Race day is fast approaching for me. I am racing the Toyota US Open Championships (goals coming out on Friday) on Sunday and then the last triathlon of the season at 70.3 Austin on October 23, 2012.
Making sure that you are properly fueled for race day, regardless of distance, is extremely important. I treat every training day as if it were a race day because I don’t want to wake my body up at 3am that day for the first time. I believe that if I can train my body to understand that food is coming at 3a-330a than on race day it is just like any other day.
My typical morning starts with the alarm going off around 2:50am and going to brush my teeth and heading toward the kitchen. Previously I had been eating rice cakes with nut butter, sliced banana, honey and some pumpkin spice. After writing a post about a month ago about sleep one of the comments I received was that I should consume liquid calories if I was going to get up that early. The comment was meant to help save me some sleep time, but I treated it as a way to still get up early, consume my smoothie and allow my body to not only process the food but to also allow it to use the energy that was created from that food.
Today my breakfast is a smoothie made with Herbalife 24 Formula 1 Sport, 1 banana, 2 strawberries, crushed ice and water. I sometimes make this the night before so I don’t wake the entire house and also because I know that it is going to be a long night because of football (so Sunday night and Monday night this happens.) I also have 6-8 oz of coffee and 8-16oz of water. I am then able to go out around 5am and start training.
This change to liquid breakfasts has had a very good effect on my body and energy levels. Since I began this process I have trimmed down about 5 pounds and have been able to hold my body weight at a steady 140 lbs, which I had previously believed to be a good racing weight. I also have much more energy during my training sessions that I have not witnessed before. My speed has improved quite a bit and I believe it is because my body is not trying to process food while simultaneously putting for energy to complete the session.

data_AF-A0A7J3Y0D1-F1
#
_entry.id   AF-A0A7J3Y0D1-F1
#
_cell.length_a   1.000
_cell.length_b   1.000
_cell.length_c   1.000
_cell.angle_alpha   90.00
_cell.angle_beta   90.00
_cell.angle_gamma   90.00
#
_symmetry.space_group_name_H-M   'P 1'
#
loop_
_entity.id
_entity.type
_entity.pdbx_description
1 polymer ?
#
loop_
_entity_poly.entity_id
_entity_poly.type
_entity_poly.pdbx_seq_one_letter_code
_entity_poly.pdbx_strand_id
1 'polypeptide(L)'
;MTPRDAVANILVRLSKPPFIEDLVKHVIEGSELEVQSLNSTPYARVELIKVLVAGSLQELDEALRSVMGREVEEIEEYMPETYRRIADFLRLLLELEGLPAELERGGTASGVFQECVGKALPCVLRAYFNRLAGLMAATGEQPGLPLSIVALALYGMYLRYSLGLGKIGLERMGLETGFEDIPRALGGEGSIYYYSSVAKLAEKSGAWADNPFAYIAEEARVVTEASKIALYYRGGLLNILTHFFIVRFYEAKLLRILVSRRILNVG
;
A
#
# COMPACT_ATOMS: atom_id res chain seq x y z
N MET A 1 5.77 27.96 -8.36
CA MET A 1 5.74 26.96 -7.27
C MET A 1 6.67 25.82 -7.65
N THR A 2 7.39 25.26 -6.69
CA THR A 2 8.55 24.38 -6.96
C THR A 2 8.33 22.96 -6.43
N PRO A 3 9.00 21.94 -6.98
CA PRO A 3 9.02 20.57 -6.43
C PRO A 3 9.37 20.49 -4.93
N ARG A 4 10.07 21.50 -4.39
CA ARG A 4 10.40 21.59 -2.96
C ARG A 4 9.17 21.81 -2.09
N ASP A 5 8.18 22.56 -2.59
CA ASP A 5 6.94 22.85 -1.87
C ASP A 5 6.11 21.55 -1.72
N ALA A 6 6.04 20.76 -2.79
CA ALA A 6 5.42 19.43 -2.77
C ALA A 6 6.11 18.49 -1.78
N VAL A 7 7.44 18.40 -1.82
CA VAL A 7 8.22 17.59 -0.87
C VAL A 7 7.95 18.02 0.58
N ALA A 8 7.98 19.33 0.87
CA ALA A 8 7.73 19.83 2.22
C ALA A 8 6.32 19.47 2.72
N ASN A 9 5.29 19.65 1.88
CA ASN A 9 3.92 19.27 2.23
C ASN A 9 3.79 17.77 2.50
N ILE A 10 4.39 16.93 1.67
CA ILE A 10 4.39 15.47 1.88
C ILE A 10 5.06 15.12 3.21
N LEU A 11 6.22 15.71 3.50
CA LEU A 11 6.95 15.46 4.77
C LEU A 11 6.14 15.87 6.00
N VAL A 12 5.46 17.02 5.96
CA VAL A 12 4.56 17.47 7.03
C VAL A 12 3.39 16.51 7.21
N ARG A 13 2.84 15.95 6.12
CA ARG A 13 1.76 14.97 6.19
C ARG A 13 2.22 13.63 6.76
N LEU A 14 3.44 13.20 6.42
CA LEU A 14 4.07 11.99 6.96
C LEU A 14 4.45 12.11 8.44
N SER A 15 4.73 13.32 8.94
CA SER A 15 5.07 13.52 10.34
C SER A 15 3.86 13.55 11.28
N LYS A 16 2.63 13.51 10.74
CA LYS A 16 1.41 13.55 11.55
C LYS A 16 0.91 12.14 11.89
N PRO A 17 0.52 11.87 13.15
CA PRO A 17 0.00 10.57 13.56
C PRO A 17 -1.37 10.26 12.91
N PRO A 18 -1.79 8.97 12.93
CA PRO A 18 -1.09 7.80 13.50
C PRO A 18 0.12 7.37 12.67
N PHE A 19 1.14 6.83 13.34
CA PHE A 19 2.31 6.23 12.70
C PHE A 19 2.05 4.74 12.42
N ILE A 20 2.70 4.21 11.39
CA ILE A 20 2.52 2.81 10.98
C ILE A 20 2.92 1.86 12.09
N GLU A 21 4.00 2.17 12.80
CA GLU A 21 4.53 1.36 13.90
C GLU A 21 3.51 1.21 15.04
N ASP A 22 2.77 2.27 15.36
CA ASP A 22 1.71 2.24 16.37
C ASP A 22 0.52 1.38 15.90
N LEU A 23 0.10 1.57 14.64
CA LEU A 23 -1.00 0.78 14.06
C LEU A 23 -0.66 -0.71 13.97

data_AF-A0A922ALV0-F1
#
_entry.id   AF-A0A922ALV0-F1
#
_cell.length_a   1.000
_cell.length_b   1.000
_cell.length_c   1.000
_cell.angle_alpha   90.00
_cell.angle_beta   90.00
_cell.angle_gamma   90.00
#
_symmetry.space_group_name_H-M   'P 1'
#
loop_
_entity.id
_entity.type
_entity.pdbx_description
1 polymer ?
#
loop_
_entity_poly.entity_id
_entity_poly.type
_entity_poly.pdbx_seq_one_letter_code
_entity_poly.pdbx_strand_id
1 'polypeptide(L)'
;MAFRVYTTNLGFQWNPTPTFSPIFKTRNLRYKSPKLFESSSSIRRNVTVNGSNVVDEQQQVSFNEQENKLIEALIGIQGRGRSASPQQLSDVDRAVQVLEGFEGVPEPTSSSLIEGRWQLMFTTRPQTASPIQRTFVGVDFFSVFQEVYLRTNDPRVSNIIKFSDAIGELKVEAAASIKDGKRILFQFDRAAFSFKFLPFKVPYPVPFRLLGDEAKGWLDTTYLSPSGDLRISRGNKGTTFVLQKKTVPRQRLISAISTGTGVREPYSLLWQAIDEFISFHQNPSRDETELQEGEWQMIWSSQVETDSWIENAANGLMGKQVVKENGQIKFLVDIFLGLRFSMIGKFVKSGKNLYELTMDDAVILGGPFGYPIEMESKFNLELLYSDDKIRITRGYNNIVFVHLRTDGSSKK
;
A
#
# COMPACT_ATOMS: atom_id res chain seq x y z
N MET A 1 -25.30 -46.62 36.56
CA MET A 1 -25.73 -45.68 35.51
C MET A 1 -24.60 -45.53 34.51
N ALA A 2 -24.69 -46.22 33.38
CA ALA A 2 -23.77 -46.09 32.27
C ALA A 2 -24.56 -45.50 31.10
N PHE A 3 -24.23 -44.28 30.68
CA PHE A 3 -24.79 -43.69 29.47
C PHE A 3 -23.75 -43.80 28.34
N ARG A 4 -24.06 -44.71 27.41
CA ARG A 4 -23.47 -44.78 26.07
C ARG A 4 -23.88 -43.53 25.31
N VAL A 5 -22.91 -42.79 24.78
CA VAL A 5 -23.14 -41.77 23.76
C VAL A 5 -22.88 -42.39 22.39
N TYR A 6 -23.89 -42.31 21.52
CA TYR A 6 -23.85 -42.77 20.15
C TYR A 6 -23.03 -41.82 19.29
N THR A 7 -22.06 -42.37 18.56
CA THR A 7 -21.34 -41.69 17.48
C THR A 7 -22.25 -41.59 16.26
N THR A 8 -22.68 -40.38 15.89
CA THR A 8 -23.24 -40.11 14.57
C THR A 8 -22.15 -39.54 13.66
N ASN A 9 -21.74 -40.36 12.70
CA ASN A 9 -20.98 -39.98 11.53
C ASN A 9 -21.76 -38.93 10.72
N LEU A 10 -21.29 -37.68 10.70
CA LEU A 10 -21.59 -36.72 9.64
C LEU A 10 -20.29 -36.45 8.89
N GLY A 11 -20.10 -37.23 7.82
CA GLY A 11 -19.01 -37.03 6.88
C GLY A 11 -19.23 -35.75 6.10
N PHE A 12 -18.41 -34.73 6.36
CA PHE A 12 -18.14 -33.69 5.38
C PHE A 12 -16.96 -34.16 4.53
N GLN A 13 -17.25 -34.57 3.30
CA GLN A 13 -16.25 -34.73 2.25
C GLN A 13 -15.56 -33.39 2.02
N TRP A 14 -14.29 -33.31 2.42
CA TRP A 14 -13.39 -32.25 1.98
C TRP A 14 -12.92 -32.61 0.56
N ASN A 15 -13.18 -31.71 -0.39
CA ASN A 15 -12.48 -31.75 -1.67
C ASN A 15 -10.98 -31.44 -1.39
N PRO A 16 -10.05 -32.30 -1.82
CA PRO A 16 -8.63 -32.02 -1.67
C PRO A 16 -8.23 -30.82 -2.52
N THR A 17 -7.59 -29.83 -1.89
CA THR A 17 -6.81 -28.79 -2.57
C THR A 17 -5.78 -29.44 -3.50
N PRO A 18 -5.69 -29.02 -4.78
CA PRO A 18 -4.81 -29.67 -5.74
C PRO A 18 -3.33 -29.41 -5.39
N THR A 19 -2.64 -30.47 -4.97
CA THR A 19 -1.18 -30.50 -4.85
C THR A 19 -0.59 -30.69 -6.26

Last Friday I was reading a favorite blog of mine, Charisa Wernick, and the title of her post that day was Ironman Race Day Nutrition. It completely caught my eye and had me engrossed from the beginning but what truly grabbed me was the portion about breakfast. I am going to put Charisa’s words in this post, but be sure to click on the link above to read the entire post and then make sure you follow her as well.
Here are Charisa’s words:
I typically eat breakfast 3 hours before the race starts. This usually means an ungodly hour to wake up, but I like my breakfast to be digested before I set out sprinting in the water when the gun fires. Breakfast consisted of oatmeal, a banana and one piece of bread with butter. I never drink coffee before I ride at home, so I don’t drink it before I race.
The first item that I want to point out to you is in regards to the jobs that Mr Fitzgerald points out the early morning breakfast has to do. Matt points out the jobs in the following manner: The pre-triathlon meal is important. It has a couple of important jobs to do. The first job is bringing your liver glycogen stores and blood glucose concentration up to top levels. During the night your body’s precious carbohydrate fuel stores are reduced by your nervous system, which runs on glucose. Therefore when you wake up after the overnight fast your liver glycogen stores and blood glucose concentration have been brought down to levels that are less than optimal for finishing a triathlon. But a high-carbohydrate meal can restore those fuel reserves in a jiffy.When you wake up in the morning your body is also not in the ideal hormonal state for racing. In Hardwired for Fitness, authors Robert Portman and John Ivy point out that, first thing in the morning, before breakfast, large amounts of the stress hormone cortisol are flowing through the body. A high-carbohydrate meal brings cortisol levels down and releases insulin, the fuel-injection hormone that delivers carbs to working muscles during a triathlon.
As the piece goes on there is a point about waking up to eat then going back to sleep after eating, but that some athletes have pre-race stress and can not fall back asleep. I can say I have never had this problem as this is the exact strategy that I employ. I believe that I am capable of falling back asleep on race day is because I do exactly that during training. Again, I don’t want to do something new on race day so practice all of these items and on race day it will be nothing more than another day. I am also confident in my abilities, in my coaches training plan and thus I have no reason to stay awake. I tell anybody who races that if they trained they don’t need luck. Luck is for those who have not put in the countless hours of training. Since I have trained hard then I don’t need to be awake worrying about whether or not I can hit my goal times or complete the distance.
Breakfast, as your mother said, is the most important meal of the day but especially true if you are an endurance athlete.
When do you eat breakfast?
What do you eat for breakfast during training and on race day?